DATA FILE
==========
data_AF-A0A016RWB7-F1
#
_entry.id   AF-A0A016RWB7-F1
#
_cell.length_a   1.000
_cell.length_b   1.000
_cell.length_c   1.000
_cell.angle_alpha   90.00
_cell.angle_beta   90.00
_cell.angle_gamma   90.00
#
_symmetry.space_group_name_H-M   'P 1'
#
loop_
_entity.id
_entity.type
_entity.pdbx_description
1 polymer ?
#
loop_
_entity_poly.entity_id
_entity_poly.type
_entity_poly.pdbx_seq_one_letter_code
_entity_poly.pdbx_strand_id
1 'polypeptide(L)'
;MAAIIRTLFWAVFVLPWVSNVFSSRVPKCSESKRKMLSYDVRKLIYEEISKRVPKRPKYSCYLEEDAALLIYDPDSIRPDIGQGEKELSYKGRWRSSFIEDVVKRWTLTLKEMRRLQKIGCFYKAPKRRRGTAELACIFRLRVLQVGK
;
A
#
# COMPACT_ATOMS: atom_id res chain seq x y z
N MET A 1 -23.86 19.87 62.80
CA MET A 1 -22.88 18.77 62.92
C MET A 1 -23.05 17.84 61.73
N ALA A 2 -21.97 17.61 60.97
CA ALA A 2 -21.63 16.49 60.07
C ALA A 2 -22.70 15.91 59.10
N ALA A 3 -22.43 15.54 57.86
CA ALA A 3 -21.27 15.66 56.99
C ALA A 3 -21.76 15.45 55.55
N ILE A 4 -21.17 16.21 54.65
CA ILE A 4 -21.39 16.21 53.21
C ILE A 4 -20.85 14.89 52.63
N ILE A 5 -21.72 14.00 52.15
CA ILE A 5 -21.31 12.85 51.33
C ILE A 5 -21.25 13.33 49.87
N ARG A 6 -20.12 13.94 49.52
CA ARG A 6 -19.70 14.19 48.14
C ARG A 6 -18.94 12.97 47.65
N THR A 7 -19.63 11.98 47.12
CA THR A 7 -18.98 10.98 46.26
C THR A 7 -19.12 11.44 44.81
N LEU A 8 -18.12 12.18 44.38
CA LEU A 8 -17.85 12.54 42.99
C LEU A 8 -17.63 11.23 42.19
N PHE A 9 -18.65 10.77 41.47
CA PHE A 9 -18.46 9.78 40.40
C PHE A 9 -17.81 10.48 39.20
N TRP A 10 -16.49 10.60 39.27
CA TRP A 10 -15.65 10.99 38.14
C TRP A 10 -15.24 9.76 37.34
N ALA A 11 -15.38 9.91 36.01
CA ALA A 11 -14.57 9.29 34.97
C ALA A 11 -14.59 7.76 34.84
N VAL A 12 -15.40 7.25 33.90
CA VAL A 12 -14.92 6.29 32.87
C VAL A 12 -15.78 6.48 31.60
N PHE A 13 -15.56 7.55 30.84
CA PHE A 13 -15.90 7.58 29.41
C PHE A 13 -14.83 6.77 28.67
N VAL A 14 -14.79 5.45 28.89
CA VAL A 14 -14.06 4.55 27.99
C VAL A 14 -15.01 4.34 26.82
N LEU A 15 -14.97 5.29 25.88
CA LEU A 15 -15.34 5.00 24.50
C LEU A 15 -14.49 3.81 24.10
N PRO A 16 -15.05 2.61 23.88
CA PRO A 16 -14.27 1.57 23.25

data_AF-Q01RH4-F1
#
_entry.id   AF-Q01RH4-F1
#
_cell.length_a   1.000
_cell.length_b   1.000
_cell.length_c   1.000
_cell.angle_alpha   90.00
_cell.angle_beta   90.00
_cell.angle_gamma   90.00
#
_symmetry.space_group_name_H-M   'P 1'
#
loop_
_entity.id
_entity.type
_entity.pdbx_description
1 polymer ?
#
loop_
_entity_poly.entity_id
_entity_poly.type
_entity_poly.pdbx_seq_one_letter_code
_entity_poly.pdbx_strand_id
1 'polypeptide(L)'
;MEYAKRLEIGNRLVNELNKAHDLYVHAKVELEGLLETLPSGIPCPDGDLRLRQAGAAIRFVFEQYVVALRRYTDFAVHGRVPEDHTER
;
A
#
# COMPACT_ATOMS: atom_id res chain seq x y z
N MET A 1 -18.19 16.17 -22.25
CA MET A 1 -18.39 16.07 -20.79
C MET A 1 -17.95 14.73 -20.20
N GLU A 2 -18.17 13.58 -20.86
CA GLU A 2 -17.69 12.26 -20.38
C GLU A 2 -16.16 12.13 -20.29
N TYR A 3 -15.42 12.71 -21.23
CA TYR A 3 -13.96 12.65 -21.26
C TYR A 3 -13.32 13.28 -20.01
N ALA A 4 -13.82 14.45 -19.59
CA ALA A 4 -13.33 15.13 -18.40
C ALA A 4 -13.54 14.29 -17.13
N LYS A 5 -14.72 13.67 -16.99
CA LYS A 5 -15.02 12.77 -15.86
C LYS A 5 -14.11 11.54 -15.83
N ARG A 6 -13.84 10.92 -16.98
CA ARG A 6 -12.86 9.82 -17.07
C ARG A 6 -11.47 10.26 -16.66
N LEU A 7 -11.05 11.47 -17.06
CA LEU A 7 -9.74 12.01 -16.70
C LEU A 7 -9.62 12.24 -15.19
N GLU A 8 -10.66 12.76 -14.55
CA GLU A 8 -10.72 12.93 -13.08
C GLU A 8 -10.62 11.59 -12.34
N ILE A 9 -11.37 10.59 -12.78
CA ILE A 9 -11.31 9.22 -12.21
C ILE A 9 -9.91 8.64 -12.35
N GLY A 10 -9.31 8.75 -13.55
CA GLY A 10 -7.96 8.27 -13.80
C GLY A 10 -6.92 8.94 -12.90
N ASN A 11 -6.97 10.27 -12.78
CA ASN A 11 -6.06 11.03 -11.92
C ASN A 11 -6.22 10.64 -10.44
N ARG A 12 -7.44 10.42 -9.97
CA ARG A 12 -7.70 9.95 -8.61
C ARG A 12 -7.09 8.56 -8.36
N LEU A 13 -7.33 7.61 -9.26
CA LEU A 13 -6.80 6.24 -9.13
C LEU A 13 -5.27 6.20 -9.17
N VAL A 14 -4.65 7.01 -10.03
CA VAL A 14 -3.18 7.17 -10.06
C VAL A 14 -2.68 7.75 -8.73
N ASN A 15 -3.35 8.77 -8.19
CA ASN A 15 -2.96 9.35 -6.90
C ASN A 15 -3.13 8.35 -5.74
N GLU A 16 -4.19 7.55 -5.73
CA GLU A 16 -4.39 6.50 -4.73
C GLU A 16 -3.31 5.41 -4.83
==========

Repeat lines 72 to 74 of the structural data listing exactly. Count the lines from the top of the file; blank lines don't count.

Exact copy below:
C VAL A 14 -15.01 4.34 26.82
N LEU A 15 -14.97 5.29 25.88
CA LEU A 15 -15.34 5.00 24.50